A Review of the Book The Human Embryonic Stem Cell Debate: Science, Ethics, and Public Policy

No items found.
Back to Dignitas Issue

The Human Embryonic Stem Cell Debate: Science, Ethics, and Public Policy (Ed. Suzanne Holland, Karen Labacqz, and Laurie Zoloth; Cambridge, MA: MIT Press, 2001)

The Human Embryonic Stem Cell Debate: Science, Ethics, and Public Policy contains twenty articles addressing this highly controversial area of research. Part I reviews the science behind stem cell research, as well as the historical context underlying the 1999 National Bioethics Advisory Commission (NBAC) report on the topic. Two of the book’s editors also share personal insights gained from their experience as ethics consultants at Geron, a leading biotechnology company engaged in this research.

Part II addresses the political issues lying behind the NBAC report. Three articles evaluate the strengths and weaknesses of the report, concluding that its central point of contention concerns the human embryo’s moral status. The editors express their dismay at how poorly NBAC justified its conclusion that human embryos may be destroyed in research. Suzanne Holland also addresses stem cell research from a feminist perspective. While making some questionable claims, she raises important concerns about justice and the impact this research has on women.

Part III contains eight articles addressing from various religious perspectives the ethical issues raised by embryonic stem cell research. Somewhat surprisingly only Gilbert Meilaender’s article opposes such research. Ted Peters addresses arguments made by The Center for Bioethics and Human Dignity in conjunction with the organization Do No Harm. He incorrectly claims that these two organizations view stem cells themselves as potential persons and then proceeds to defeat this straw man by offering a view of personhood as something that “depends on being called by a future parental relationship.” Karen Lebacqz notes various instances in which we respect things we kill (e.g., animals in slaughter-houses) and concludes that human embryos can therefore be destroyed in respectful ways. However, she fails to nuance her argument for the issue at hand.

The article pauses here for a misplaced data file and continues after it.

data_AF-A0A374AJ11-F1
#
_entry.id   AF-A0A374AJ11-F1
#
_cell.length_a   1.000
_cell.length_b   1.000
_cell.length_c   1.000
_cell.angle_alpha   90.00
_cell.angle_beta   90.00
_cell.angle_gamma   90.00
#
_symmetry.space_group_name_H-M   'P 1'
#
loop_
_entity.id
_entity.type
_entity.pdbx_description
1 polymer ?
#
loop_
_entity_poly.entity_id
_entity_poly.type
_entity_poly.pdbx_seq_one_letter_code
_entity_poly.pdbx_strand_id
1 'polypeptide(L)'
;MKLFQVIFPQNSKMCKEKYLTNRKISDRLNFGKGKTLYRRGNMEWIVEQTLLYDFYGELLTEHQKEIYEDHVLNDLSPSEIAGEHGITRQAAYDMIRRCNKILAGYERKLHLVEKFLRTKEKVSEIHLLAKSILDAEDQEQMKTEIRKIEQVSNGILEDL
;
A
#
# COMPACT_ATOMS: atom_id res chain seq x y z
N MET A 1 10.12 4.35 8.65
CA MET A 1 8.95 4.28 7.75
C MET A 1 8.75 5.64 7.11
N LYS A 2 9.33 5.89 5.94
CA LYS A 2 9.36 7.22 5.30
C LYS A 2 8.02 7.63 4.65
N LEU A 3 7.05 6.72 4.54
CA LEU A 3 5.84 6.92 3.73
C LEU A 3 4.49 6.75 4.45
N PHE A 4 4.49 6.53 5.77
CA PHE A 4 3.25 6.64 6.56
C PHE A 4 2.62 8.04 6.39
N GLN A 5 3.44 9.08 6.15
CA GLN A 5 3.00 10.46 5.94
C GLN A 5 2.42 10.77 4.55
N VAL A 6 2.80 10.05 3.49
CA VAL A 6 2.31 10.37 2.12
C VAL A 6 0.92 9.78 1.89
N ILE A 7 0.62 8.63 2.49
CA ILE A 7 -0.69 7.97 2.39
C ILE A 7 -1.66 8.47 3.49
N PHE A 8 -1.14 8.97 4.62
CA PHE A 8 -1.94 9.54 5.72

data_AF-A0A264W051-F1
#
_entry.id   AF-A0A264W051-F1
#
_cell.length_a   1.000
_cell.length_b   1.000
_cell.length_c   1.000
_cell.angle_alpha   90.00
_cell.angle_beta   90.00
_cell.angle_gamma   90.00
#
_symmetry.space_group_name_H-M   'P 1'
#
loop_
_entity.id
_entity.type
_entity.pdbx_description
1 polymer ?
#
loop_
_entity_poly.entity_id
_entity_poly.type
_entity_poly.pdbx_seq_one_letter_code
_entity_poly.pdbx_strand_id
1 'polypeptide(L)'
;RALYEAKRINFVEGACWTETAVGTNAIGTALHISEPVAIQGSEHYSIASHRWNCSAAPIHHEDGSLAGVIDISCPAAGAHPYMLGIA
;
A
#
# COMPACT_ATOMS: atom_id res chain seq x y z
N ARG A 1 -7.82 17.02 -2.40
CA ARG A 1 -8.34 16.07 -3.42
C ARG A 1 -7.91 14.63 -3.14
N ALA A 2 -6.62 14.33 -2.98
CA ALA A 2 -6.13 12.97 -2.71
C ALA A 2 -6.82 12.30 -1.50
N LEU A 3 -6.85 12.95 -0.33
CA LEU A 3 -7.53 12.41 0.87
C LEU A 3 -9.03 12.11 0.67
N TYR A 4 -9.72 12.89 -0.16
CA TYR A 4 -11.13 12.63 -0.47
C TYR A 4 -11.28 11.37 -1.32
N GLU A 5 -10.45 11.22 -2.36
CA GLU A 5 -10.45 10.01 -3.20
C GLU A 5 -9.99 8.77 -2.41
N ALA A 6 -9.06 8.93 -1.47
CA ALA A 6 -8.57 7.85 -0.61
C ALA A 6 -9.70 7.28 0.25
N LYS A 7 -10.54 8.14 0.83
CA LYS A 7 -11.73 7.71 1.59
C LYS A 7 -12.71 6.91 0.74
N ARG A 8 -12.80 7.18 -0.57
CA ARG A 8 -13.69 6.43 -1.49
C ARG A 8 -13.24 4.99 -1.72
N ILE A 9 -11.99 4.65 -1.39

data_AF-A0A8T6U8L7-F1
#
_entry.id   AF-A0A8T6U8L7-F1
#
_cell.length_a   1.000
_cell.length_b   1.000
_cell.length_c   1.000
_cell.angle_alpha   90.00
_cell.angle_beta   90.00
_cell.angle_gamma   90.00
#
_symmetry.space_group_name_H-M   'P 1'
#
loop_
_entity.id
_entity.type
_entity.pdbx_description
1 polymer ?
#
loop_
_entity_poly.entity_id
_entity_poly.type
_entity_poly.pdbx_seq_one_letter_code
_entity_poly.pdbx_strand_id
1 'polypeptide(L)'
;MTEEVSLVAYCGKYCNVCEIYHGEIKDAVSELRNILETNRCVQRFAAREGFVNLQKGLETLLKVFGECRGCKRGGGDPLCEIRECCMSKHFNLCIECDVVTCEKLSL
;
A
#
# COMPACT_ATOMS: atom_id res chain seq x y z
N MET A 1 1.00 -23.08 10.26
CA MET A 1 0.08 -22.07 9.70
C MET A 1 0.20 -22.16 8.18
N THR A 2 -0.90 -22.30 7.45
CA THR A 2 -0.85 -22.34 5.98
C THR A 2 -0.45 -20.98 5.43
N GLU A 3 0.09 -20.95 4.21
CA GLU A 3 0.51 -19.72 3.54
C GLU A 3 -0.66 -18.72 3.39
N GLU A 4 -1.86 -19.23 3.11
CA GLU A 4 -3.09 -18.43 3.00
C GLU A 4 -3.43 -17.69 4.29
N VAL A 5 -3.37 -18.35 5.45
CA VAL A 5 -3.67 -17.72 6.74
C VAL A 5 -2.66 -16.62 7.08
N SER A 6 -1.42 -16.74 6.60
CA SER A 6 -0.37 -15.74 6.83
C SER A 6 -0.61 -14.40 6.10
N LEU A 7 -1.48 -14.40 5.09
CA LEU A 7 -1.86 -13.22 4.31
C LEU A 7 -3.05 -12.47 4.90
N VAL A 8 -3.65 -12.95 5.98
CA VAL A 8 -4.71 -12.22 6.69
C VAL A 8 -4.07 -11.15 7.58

Part IV contains five articles on public policy that, taken together, make this book worth reading. Paul Root Wolpe and Glenn McGee critique the role bioethicists have played in public policy. They assert that rather than simply furthering biotechnology interests, the field of bioethics should serve to clarify important issues and to promote public debate in open and honest ways. The final chapter describes Laurie Zoloth’s “journey” as a philosopher on the Geron Ethics Advisory Board. She confesses that she and her colleagues were “ethicists dazzled by the scientists,” their thinking always one step behind the latest technological development.

Zoloth concludes the book with a striking word-picture. When driving to Geron’s beautiful headquarters, she sometimes missed her turn and ended up in a neighborhood where the future “is far more bleak.” Next to the riches of Geron lay utter poverty, where houses, churches, and even health clinics are dilapidated and under-funded. It is this reviewer’s belief that apart from the absolute ethical standard prohibiting the destruction of human embryos, the commitment to justice calls for a broader examination of the drive for high-tech medicine when so many have access to little or no health care. Further examination of how justice should be served is greatly needed, and this book provides some good starting points.